My rant about the university webcache

| lancaster | rant | webcache

I wrote this a while ago and posted it on the Get rid of the university webcache! Facebook group. I’ve just been reminded of it and thought I’ll post it here:

Get rid of the university webcache!

As many of you know, to access any website on the Internet from campus you must configure your browser to use the webcache. This is both inconvenient and frustrating. I am a researcher in the computer science department and I have had enough of this annoyance. It regularly gets in the way of my work and I spend countless hours trying to work around it.

Over the years I have asked members of ISS why they still have a webcache when many other University do not, and especially most computing departments do not. I have compiled a list of the common reasons, and what I think of them.

Reasons for the webcache

Typically webcaches were deployed to save money by reducing the number of files fetched from the Internet. Each file a user views would be stored in the cache. If another user came along to view the same file the cache would serve the file from its local file system instead of going onto the Internet. This would reduce the bandwidth usage, as well as make the user’s web browsing experience faster.

The problem with this however, is that in the last 5 years the Internet has changed drastically. Most websites can no longer be cached. For example, pages on Facebook (the #2 most popular site according to Alexa.com), can not be cached. Each user see pages customised for them depending on which friends they have. Additionally, the pages on Facebook never stay the same for long which is terrible for caching. The third most popular website, YouTube (again according to Alexa.com), is not cached by our webcache either. YouTube serves large videos which the webcache will not understand how to cache.

Sure, there is still content which is cacheable. For example, static images on websites such as logos will not change offer and therefore be cached. However having a look at this URL: http://wwwcache.lancs.ac.uk/cachestatus shows how effective the caches actually are. There is a metric called Hit Rate, which is the percentage of requests (and bandwidth) that have been served locally instead of going to the Internet. Higher numbers are better, but looking at the hit rate now, it shows an average of 15% requests and 3% bandwidth. Overall 3% of bandwidth doesn’t seem very useful. In the past when the webcache was first deployed it was easy to get >60%.

2. The cache allows ISS to monitor what people are doing, as well as block websites

The webcache is most likely configured to log every site people visit, allowing ISS to look though your history. I’m sure this is very useful for dealing with the many copyright notices the university receives after student’s download something inappropriate. In the past ISS have also used the webcache to blocked sites, for example, the infamous LUSerNet site. The only argument I can give to these benefits is that there are other ways to achieving logging and blocking which are just as simple, and I would be surprised if ISS weren’t using some of these techniques already.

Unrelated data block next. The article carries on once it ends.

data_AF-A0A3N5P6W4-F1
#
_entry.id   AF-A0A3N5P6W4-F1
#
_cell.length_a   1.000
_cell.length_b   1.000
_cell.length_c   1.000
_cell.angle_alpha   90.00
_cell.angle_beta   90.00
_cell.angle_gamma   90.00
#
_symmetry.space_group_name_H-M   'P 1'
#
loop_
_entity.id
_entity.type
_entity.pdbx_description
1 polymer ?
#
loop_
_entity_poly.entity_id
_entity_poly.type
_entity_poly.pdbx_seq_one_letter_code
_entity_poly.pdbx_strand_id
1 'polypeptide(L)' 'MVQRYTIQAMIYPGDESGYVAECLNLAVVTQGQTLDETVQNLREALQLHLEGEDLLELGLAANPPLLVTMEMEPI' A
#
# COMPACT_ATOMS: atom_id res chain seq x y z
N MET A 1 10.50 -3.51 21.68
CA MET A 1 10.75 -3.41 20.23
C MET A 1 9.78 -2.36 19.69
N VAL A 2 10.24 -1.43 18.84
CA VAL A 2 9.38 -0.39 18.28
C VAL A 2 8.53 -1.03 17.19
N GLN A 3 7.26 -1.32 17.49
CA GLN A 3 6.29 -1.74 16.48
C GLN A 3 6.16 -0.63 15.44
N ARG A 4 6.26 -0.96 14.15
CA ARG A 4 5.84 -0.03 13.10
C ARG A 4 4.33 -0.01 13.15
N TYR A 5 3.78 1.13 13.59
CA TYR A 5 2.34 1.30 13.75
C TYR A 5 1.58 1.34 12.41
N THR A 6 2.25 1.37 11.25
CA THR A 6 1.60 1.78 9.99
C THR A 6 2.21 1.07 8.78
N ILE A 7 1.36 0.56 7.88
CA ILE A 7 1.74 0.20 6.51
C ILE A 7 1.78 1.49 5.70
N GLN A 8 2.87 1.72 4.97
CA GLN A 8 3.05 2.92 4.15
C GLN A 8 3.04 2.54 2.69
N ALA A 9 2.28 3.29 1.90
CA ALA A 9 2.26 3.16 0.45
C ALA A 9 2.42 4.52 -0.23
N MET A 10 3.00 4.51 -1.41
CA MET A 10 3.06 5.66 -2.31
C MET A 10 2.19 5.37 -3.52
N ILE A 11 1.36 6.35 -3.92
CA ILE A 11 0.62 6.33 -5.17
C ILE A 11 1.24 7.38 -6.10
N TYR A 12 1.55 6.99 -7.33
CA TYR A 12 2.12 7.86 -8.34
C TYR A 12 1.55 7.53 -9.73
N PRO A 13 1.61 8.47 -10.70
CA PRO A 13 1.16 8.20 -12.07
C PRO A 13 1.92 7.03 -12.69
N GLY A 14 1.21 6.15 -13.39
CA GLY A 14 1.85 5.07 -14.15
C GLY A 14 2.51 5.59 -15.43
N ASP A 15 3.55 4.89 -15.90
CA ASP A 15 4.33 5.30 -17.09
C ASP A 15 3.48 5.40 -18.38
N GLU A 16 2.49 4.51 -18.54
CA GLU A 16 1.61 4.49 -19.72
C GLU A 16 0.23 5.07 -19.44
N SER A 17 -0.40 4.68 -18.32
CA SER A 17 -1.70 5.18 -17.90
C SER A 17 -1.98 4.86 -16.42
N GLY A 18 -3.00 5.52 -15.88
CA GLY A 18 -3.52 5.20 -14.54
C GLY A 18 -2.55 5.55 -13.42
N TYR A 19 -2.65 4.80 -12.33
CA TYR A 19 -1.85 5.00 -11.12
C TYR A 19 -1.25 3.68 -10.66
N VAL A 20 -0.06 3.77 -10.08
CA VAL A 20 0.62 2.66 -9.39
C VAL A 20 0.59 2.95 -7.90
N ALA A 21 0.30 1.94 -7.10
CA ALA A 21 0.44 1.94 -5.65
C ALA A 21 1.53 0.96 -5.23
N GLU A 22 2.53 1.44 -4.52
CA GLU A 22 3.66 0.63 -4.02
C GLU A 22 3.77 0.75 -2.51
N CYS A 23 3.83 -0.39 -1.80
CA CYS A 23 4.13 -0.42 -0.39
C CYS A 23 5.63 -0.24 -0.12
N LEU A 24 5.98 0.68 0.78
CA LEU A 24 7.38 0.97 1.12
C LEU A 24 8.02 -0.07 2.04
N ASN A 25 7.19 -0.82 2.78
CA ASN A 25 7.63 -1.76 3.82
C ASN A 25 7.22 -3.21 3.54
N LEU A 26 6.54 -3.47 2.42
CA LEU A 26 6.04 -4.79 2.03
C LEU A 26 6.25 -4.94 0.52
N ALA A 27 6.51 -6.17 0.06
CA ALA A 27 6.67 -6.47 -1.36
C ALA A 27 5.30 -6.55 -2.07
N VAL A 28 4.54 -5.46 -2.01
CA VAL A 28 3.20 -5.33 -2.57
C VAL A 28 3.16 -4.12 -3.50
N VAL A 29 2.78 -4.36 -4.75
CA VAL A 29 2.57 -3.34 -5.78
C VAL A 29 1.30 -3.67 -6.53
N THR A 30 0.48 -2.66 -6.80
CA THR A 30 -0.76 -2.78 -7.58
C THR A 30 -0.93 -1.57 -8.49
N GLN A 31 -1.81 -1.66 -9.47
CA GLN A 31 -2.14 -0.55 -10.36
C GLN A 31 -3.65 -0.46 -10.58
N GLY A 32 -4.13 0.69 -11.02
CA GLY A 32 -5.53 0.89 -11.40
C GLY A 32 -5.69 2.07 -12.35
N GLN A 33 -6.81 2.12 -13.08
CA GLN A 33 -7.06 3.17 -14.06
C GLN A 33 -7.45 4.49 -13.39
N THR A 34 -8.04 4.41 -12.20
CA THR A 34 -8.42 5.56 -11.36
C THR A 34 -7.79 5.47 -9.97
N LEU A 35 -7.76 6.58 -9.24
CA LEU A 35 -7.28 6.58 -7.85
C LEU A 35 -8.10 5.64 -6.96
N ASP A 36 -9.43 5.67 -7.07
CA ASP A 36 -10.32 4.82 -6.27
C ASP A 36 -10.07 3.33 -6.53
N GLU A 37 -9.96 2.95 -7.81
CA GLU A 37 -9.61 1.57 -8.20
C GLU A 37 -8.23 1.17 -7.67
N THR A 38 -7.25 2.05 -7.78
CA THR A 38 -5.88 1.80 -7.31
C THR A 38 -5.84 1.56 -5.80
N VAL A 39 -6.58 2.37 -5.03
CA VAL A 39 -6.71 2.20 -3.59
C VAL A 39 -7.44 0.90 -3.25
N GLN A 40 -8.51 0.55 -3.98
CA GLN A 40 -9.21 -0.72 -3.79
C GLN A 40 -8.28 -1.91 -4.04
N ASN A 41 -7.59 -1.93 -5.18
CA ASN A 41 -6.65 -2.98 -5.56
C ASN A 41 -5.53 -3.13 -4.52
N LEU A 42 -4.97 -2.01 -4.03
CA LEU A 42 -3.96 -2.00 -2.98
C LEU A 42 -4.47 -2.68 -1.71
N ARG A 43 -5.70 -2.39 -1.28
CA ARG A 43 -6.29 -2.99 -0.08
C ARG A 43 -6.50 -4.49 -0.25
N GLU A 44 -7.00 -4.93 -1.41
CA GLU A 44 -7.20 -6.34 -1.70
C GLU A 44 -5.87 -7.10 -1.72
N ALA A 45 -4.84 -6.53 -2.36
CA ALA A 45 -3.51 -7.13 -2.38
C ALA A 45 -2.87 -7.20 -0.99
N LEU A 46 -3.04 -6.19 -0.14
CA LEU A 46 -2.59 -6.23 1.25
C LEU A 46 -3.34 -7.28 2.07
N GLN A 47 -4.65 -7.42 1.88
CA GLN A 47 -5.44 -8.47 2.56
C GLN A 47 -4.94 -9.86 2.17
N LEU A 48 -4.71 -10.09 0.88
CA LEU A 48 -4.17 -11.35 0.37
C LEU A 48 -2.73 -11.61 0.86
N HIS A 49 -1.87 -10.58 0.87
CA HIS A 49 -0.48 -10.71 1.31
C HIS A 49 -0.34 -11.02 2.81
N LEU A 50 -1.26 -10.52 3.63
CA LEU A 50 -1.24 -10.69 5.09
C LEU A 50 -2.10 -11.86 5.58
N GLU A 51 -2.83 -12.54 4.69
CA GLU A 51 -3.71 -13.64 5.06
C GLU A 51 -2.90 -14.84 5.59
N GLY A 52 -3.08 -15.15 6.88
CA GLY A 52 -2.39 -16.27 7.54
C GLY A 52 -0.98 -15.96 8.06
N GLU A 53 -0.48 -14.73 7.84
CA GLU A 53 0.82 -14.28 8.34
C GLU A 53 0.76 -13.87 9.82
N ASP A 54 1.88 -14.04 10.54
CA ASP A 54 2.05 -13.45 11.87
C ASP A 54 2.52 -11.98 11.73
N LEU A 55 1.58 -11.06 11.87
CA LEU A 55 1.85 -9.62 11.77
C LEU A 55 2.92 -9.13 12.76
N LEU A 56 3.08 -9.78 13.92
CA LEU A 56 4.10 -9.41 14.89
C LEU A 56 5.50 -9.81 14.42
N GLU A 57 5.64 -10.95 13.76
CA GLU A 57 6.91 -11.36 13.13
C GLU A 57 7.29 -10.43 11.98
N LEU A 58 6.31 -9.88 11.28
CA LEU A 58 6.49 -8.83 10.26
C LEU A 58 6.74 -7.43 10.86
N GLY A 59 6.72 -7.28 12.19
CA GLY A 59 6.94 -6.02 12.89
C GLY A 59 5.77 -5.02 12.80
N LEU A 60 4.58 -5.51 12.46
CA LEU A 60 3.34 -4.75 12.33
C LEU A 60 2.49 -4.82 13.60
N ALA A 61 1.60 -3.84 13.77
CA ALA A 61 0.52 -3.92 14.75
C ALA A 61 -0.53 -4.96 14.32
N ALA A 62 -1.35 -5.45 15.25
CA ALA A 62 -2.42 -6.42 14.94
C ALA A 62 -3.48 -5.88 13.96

3. The webcache keeps us safe from viruses.

I was told that every file downloaded will be scanned for viruses, this attempts to keep your computer clean. I’m unsure if the webcache is actually able to scan for viruses that quickly, but if it is I’m unsure of its usefulness. Most desktop PCs (if not all) have some kind of virus scanner installed. Additionally the big viruses that have hit the news in recent years, such as Slammer, or Conficker would not have been stopped by the webcache as they do not spread over HTTP.

As well as the advantages of the webcache there are many reasons against having webcaches.

Reasons against the webcache

1. Reduced redundancy

From what I understand the university has multiple Internet connections, and the network is set up in such a way that if all the cables running between the two ends of campus were cut, both halves would still have Internet connection. This sounds like a great thing in ensuring the network is always working. However, I’ve been told that the webcaches are in a single central location, completely negating the benefits of the network’s resilience. Because, if the link to the single location is cut the whole campus loses web access.

2. Inconvenient to configure software

This is what annoys me the most, is that I have to ensure all the software I use can use a web proxy, and that all of it is configured to do so. As more and more applications start to use the Internet, it is not just web browsers that need to be configured. Things like, instant messengers, online music applications, software updaters, and many more all need the Internet. Every few months I have to spend my time hacking a solution to make it work behind the webcache.
There is also the added inconvenience that if you take a Laptop between home and university, you have to flip the cache settings on and off. This has caused many headaches for people that have forgotten to do so.

Alternatives

Now most Universities have scrapped their webcaches because they just weren’t useful anymore. However, if Lancaster wishes to keep theirs they could implement it in a different way. A transparent proxy is one such solution which would greatly improve the user’s experience. Basically every time you try and visit a website the transparent proxy handles your request without the user even knowing. This means you don’t have to change any settings in your web browser! Transparent proxies have been used by large ISPs to handle 1000s of clients, so I don’t see why ISS couldn’t do this.

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